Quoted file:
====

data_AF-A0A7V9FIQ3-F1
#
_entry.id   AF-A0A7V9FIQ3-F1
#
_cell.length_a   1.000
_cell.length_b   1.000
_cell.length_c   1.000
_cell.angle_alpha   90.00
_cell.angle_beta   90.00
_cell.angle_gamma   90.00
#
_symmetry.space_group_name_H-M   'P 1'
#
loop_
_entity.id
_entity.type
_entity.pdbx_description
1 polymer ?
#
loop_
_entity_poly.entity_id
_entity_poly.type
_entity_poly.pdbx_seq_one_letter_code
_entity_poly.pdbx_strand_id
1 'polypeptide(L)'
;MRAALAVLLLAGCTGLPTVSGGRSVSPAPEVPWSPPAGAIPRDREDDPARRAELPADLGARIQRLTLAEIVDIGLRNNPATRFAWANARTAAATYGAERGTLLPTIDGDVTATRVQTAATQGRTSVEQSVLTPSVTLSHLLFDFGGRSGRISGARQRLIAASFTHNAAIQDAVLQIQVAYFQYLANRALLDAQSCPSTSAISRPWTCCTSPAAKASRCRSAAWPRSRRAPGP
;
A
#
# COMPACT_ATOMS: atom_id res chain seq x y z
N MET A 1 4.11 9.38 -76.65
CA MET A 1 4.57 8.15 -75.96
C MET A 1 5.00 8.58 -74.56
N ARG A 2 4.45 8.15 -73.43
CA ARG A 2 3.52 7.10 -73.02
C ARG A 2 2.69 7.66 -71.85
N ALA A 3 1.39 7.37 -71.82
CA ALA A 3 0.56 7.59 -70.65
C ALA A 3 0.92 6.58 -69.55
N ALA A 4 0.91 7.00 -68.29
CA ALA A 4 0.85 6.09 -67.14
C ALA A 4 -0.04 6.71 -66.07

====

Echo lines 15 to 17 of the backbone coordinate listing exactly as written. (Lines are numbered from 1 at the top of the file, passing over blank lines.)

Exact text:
_entity.id
_entity.type
_entity.pdbx_description